When you've tried addressing a problem multiple ways, but nothing seems to help, the issue may be that you're focused on the wrong problem entirely, leadership consultant Peter Bregman writes in Harvard Business Review.
"If you've tried to solve a problem with every solution you can think of, your challenge isn't finding a better solution. It's finding a better problem," he says.
Take a step back and try to look at the situation from the outside, Bregman suggests. What else may be causing the less-than-stellar results?
For example, if you're having trouble accomplishing goals and have tried motivating yourself multiple ways with no results—instead consider the possibility that follow-through is the issue, not lack of initial motivation.
"A motivation problem is solved by thinking ... A follow-through problem is solved by not thinking (don't deliberate, just act)," he writes.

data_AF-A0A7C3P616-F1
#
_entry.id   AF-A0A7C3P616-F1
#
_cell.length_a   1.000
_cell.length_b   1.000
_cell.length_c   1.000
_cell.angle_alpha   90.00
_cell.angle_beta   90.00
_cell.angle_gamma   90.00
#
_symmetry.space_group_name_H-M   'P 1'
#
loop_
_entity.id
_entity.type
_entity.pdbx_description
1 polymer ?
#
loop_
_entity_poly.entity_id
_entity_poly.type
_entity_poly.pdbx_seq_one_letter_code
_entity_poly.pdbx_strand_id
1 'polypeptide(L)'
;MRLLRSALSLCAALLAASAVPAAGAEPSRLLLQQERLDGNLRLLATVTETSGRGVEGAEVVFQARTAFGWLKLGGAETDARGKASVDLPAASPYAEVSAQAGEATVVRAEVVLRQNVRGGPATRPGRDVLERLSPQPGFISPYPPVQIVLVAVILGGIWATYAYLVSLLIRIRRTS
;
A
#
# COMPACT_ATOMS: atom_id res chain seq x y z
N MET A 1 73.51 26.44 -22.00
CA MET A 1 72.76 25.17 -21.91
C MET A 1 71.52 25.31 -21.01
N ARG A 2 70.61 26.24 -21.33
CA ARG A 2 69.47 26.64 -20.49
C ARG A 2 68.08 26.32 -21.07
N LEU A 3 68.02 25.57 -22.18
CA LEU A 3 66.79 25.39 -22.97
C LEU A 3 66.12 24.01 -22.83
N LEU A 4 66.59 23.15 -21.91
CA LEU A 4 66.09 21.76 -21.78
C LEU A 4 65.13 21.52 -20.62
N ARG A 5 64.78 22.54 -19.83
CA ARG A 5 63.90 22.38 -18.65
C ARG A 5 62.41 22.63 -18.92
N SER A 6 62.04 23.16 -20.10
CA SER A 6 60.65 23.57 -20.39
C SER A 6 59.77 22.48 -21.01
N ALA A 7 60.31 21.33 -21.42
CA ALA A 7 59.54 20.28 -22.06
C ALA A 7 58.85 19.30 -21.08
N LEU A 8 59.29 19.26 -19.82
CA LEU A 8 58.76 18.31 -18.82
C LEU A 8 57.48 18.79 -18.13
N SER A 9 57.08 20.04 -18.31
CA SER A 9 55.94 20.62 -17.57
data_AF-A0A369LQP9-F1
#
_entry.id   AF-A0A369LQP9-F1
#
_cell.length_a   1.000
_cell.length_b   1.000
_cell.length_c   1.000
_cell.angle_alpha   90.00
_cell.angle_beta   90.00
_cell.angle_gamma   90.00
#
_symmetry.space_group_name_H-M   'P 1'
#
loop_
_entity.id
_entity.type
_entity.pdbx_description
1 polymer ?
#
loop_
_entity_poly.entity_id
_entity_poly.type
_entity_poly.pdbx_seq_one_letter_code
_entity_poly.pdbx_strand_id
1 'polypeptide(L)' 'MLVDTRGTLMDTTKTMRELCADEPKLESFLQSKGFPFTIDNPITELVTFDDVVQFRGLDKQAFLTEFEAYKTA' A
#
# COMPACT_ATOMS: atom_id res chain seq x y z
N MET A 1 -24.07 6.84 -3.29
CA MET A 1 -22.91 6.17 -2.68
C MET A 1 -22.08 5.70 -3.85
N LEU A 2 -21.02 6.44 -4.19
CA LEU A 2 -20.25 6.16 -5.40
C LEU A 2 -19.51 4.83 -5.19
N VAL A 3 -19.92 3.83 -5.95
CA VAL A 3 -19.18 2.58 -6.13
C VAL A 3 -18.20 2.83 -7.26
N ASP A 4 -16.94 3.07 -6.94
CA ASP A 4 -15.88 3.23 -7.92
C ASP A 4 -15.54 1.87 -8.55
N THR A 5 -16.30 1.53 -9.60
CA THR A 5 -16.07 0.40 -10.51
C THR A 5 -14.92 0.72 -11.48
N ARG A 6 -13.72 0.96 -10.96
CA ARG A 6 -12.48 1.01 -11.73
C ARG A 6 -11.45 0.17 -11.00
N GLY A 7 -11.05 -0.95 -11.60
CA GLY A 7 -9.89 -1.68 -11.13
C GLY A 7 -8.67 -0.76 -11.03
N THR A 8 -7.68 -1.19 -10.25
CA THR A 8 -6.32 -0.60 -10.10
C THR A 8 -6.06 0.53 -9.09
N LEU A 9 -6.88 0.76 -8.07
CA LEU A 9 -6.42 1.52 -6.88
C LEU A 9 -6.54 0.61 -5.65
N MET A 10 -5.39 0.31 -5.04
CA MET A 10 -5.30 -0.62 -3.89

As another example, if an employee refuses to take accountability, try approaching the issue with a new lens. Perhaps the employee may not have the skills to tackle the task, expectations are unclear, or there is no way to objectively measure progress. Simply offering training or improving communication may fix the issue, he says.
Redefining problems "frees you to experiment with 'beginner's mind.' You get to start over, trying different solutions, assessing their effectiveness, learning from failures, and trying again," he writes (Bregman, Harvard Business Review, 12/7).
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